Last week’s brief post on the sham Druid’s Temple, near Masham, was something of a preamble to The Folly Flâneuse sharing this wonderful letter written by Barbara Jones in 1949. Jones is, of course, the doyenne of folly-spotters, and in this missive she shares the ups and downs of researching for the first edition of Follies & Grottoes. It is a delight to read: camping at the Druid’s Temple, finding Hackfall, and best of all a run-in with the formidable Captain Fordyce, Agent to Lord Hothfield at Skipton Castle. Here’s the unadulterated letter in full:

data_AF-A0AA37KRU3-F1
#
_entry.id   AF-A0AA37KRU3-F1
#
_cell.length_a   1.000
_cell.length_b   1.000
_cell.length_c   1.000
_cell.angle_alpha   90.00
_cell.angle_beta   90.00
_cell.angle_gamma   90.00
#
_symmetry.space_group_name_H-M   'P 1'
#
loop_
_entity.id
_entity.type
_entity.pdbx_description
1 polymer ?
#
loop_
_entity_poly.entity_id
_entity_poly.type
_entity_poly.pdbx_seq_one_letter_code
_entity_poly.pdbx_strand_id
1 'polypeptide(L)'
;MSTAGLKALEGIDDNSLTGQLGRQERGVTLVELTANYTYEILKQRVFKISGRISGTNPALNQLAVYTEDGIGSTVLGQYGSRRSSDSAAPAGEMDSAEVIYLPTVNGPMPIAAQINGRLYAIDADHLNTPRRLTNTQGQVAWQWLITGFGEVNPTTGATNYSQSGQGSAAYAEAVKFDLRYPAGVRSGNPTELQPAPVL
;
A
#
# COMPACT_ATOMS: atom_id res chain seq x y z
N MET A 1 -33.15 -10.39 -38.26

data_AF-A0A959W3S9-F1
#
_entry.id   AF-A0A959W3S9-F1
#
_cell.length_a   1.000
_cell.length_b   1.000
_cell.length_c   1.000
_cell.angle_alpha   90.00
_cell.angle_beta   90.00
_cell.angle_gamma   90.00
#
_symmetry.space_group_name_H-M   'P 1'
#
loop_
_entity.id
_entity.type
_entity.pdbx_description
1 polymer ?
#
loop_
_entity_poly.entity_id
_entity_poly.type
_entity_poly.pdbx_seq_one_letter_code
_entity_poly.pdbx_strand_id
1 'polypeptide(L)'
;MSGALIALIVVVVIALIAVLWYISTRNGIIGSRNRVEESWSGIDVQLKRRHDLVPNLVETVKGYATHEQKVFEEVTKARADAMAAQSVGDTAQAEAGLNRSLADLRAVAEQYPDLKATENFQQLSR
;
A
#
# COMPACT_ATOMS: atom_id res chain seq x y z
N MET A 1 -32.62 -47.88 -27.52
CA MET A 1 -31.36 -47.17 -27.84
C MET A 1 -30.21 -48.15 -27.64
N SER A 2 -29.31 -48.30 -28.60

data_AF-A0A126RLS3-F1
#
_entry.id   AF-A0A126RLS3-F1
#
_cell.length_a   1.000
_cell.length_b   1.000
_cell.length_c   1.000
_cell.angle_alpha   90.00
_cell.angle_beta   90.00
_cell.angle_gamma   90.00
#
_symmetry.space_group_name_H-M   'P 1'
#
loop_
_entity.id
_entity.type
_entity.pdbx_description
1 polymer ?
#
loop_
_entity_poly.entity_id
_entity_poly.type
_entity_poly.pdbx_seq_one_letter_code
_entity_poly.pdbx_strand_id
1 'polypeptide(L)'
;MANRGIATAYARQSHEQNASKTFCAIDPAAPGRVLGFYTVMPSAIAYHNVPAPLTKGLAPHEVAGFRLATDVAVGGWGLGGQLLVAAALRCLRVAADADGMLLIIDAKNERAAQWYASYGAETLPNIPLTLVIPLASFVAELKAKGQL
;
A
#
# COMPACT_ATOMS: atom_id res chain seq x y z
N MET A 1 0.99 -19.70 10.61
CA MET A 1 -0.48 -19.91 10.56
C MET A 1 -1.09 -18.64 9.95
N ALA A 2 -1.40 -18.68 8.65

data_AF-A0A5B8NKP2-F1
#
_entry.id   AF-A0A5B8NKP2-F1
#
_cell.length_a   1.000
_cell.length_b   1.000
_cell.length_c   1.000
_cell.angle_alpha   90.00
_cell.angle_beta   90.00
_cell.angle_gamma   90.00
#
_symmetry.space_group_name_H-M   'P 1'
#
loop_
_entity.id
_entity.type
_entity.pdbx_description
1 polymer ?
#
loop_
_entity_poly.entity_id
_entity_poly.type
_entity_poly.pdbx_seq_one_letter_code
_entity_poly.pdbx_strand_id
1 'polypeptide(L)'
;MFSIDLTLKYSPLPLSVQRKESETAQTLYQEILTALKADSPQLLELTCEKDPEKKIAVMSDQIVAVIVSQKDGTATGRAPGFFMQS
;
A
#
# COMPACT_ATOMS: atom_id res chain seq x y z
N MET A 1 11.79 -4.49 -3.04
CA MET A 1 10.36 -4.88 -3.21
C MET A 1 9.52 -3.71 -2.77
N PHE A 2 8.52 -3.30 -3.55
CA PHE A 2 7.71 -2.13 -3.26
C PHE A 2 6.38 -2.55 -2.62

‘The desire for knowledge and the love of mystery are two of the most powerful human impulses and Stonehenge satisfies both at once. That is why it has never lost its hold over our imagination or our curiosity’.
So wrote Rosemary Hill in her erudite and entertaining history of Britain’s most enigmatic ancient monument. If people were enthralled with this famous site in Wiltshire, how did they react when they found just such a monument in a quiet corner of Yorkshire?
A great stumbling block in the understanding of follies is the attempt to define what exactly one is. Must it be useless? Wildly expensive? Weird? One of my favourite summaries comes from Barbara Jones, the first person to study the genre in depth in Follies and Grottoes, published by Constable 65 years ago today
She wrote that a folly ‘is built for pleasure, and pleasure is personal, difficult to define.’